BaDSV — BaDly-Separated Values
The evolution of CSV & other DSV files—BaDSV is what you get when you leave your CSV file in the oven for too long. The delicious charred scent of your data being stored in a readable, compact, and handsome format...
BaDSV is a family of text-based file formats designed to store values, seperated by delimiters. BaDSV files are delimited by random invalid byte sequences, defined as a constant-length string of bytes that is not possible at the beginning of a code unit, for a given character encoding.
This following example demonstrates the conversion process between CSV and utf-8-flavored BaDSV files:
foo,bar | <---- CSV | foo�bar a,"b," | BaDSV --> | a�b,
Several flavors of BaDSV are currently supported, each with their own set of randomly-generated delimiters:
|Flavor||Delimiter size||Possible Delimiters|
|???||A mystery||Yet to be determined|
Pros of BaDSV
- No need to quote values, since delimiters physically can't be part of the values
- Marginally smaller file size compared to DSV files
- Doesn't lose information in the conversion process (usually)
- Cool and good
Cons of BaDSV (don't be fooled, these are all very minor)
- Difficult to work with in many text renderers
- Often unreadable
- Not cross-platform
- Equivalent files aren't equal to the byte
- Character encoding is tied to the file format
- A colossal headache to implement APIs for
- Unnecessary reliance on randomness
- Has the same limitations as DSV files, only in a different jacket
- No quote support leads to myriad potential edge cases
- Not fully text-based, but not fully binary serialized - possibly the worst of both worlds
- Impossible to determine whether a byte is part of a delimiter without parsing the whole file until the byte
- Is not a format that has been developed, standardized, and polished to a respectable state throughout the years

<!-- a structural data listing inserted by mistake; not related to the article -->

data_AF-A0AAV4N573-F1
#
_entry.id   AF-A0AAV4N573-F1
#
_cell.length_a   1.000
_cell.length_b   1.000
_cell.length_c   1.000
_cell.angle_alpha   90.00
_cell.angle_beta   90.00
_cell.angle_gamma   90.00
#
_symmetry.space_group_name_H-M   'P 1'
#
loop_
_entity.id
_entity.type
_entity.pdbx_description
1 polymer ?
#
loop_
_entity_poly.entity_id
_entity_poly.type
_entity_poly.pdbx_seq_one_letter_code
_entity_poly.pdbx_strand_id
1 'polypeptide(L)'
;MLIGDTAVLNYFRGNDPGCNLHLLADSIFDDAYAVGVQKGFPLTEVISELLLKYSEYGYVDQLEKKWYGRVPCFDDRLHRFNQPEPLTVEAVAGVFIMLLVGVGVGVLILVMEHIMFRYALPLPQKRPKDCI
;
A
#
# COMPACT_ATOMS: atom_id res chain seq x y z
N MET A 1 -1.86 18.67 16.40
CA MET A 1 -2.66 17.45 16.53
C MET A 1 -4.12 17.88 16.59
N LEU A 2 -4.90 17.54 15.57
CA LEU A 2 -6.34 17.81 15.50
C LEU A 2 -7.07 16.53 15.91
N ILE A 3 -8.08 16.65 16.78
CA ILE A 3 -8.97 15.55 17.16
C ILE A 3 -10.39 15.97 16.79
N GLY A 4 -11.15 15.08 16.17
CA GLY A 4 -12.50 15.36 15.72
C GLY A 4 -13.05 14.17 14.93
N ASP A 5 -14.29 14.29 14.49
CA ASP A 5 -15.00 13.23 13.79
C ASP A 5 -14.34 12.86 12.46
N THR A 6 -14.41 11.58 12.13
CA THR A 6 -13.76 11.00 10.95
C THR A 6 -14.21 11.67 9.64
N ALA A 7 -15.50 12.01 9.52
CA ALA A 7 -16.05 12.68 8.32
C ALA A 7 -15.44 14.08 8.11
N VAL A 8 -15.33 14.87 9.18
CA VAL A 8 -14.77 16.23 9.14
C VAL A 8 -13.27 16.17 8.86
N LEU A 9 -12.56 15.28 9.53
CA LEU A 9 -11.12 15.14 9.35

The BaDSV command-line tool
Compile this repository using cargo to gain access to a heavenly BaDSV file converter. The CLI is exquisitely crafted using the most elaborate default settings available, and the error messages are enlightnening.
Usage (resemblance to --help output is purely coincidental)
USAGE: badsv [OPTIONS] <--ascend|--regress|--list-encodings> [ARGS] FLAGS: -a, --ascend Ascend from a DSV file into a BadSV file -h, --help Prints help information -l, --list-encodings Lists valid BadSV encodings -r, --regress Regress from a BadSV file into a DSV file (why would you do this?) -V, --version Prints version information OPTIONS: -d, --delimiter <DELIMITER> The delimiters used in the DSV file [Default: ,] -e, --encoding <ENCODING> The flavor of BadSV used [Default: utf-8] ARGS: <input> Input file <output> Output file
What's wrong with CSV?
It's not fancy, fashionable or even remotely handsome. What isn't wrong with CSV?
Why do you think this will supercede CSV?
People like to roll the dice. BaDSV makes use of that primal need, and incorporates randomness to a rigid file format.
Aren't these just C strings on meth?
Why does this even exist?
I had a moment of enlightenment, and realized what must be done.
[Something mean about code quality]
Look. Documentation, testing and other good programming habits are overblown. BaDSV transcends testing.